Egg whites contain a lot of water, which is great for the crunchy cookie lover. When water is combined with flour it makes gluten. This is a strong, stretchy bunch of connected proteins which hold up your cookie, making it taller and crunchier.

On the other hand, egg yolks are full of a bundle of fat. Gluten can’t form in fat, which means less will be formed, resulting in a softer, chewier cookie.


Mmmm, sugar.

This is the ingredient that has us giggling like a tickled penguin when we bite into our freshly baked cookie. White, brown, caster, coarse, raw or powdered, as long as it isn’t an artificial sweetener it’s good right? Right. But the type of sugar you use also affects the chewiness of your cookie.


Brown sugar = Chewy cookies

White sugar = Crunchy cookies

I love brown sugar. I could eat it by the tablespoon. I do eat it by the tablespoon.

Brown sugar is mostly sucrose, along with some glucose and fructose. Glucose and fructose are hygroscopic, meaning they hold onto water. This means that when you use brown sugar it doesn’t release much water, resulting in less gluten formation. And what does less gluten mean? More chewy!

White sugar on the other hand is pure sucrose. Sucrose isn’t very hygroscopic at all, which means it gives up lots of water as it bakes. This means (you guessed it) more gluten formation and a crunchier cookie.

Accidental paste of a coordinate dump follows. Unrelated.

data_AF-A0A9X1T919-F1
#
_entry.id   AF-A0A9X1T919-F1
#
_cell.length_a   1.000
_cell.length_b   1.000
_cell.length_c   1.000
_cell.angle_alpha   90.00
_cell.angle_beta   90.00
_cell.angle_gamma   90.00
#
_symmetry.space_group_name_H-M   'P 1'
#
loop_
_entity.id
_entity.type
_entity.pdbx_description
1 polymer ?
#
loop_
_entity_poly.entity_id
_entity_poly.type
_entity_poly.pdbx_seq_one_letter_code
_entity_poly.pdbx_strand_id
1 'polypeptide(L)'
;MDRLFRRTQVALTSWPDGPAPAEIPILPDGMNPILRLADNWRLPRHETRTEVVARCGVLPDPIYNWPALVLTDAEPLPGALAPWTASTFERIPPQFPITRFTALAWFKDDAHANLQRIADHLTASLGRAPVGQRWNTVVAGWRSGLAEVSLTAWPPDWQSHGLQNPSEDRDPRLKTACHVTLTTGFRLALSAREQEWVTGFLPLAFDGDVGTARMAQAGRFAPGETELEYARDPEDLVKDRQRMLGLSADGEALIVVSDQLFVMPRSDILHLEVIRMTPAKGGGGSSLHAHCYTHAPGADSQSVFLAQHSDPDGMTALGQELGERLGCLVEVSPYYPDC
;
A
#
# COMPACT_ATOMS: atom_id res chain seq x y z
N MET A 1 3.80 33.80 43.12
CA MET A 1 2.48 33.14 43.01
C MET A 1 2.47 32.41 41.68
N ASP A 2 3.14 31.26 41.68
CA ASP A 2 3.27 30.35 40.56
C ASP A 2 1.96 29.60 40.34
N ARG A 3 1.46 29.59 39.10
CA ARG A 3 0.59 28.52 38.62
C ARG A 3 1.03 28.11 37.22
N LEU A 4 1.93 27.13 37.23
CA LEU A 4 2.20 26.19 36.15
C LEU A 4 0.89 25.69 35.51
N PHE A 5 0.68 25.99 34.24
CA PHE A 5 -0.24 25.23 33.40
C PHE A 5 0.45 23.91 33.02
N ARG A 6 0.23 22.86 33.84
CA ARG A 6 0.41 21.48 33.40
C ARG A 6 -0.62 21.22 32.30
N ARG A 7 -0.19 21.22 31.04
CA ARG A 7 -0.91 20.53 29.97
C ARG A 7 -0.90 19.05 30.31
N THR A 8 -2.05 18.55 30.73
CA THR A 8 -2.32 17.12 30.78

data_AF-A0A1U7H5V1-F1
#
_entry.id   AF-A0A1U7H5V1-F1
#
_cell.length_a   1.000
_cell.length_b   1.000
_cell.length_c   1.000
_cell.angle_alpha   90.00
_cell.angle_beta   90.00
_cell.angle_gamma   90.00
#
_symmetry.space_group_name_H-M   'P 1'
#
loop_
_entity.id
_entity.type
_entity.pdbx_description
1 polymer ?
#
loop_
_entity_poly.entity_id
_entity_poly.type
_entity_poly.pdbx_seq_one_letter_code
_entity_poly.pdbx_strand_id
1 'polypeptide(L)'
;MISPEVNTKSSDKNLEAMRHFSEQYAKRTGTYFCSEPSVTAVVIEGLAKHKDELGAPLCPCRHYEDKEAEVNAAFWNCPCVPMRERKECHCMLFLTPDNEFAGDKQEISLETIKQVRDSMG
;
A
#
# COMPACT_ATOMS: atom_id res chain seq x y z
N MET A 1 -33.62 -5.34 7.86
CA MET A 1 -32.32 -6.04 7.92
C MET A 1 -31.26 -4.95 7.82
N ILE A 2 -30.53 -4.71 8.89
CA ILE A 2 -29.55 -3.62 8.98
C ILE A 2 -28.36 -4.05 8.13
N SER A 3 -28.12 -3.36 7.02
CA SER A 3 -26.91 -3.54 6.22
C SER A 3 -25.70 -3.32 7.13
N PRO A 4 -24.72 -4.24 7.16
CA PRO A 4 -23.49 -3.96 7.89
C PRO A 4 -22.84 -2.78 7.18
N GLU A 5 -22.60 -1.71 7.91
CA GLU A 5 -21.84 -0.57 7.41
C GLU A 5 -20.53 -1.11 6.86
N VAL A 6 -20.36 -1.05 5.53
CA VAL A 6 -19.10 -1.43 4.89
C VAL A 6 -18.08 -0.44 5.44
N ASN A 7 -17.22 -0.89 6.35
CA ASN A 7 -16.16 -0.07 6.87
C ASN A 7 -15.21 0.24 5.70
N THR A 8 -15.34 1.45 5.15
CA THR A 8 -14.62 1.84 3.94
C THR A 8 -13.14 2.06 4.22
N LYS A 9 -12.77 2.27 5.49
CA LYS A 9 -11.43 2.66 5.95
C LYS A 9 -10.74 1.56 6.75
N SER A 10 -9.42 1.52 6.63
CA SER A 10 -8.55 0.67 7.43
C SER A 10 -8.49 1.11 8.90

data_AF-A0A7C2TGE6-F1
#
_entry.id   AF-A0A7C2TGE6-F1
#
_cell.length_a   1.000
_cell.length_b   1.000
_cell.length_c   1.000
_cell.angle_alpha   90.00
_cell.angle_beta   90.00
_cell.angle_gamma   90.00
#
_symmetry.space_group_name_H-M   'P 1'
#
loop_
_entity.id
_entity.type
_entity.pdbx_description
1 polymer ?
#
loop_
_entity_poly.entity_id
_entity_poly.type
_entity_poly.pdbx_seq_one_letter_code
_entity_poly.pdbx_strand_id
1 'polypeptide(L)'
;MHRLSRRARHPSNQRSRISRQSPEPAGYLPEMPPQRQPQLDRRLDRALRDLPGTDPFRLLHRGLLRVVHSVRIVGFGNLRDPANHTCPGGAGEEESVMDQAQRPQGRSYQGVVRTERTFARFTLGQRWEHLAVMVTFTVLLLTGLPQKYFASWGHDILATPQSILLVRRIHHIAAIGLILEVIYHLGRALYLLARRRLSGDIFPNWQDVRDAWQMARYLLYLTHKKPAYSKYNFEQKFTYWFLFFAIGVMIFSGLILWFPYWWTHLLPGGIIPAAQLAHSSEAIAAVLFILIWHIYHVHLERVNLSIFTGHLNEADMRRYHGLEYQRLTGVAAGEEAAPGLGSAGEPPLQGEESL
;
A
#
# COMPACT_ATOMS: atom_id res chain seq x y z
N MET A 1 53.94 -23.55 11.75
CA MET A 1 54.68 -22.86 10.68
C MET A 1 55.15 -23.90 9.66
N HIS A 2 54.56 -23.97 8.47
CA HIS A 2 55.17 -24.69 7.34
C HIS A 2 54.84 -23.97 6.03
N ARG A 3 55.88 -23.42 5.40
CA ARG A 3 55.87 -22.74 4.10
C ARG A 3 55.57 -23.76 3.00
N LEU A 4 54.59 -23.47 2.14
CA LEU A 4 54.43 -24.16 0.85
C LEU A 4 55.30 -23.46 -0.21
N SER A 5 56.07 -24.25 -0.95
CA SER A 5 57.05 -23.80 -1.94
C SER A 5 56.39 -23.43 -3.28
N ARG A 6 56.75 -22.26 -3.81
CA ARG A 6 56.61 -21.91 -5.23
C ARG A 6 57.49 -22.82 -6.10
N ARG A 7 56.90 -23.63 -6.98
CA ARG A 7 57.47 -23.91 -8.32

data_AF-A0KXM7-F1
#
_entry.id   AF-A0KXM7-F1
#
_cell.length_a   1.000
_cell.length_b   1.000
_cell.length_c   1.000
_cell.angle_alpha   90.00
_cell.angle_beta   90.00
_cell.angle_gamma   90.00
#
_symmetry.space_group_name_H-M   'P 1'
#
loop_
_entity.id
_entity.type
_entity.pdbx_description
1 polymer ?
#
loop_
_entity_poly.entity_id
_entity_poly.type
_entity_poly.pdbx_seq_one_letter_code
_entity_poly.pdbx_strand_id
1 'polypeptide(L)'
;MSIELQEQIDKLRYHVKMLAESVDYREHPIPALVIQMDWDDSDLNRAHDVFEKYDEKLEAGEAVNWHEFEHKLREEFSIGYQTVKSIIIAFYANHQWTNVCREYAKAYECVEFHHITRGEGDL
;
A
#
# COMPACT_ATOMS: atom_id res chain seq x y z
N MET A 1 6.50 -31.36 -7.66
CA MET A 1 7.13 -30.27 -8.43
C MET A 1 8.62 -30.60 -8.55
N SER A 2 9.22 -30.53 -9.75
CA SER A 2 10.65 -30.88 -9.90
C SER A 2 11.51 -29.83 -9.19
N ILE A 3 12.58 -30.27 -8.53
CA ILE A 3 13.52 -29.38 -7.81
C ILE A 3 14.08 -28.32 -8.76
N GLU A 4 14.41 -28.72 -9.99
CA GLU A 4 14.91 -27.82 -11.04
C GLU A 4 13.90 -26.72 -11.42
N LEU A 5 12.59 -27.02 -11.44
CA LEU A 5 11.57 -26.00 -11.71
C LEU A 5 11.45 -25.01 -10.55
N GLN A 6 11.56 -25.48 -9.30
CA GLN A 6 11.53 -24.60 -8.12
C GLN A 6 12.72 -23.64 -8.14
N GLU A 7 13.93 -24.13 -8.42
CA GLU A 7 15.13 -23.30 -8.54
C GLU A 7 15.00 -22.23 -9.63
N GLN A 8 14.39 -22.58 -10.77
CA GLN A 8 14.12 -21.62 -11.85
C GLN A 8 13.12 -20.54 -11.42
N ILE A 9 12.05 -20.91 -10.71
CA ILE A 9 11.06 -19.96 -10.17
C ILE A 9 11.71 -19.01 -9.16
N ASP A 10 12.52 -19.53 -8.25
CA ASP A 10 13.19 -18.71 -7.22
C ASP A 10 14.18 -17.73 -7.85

So there you have it, everything you need to make batches of cookies Nigella would be proud of.

So get baking!

Cookie stack

Here is one of my personal favourite cookie recipes

Chocolate Chip Cookies

  • 200g softened butter
  • 1 cup brown sugar
  • 1/2 cup caster sugar
  • 3 eggs
  • 2 tsp vanilla essence
  • 2 cups flour
  • 1 tsp baking powder
  • 1 tsp salt
  • 1/2 cup chocolate chips

Cream butter and sugars, then add eggs and vanilla essence.

In a separate bowl combine flour, baking powder and salt.

Pour dry ingredients into butter mixture and fold a few times. Add chocolate chips and fold again until just combined. Don’t over mix!

Refrigerate for 12-36 hours. I understand that this isn’t always easy (or possible) to do. When you need cookie, you need cookie. But it really does make a huge difference to how delicious your cookie is. It will be worth it i swear!

Form into evenly sized balls and bake at 180°C for 10-12 minutes or until golden brown.

cookies with milk

Now pour yourself a tall glass of milk and enjoy, after all, cookies are best served warm!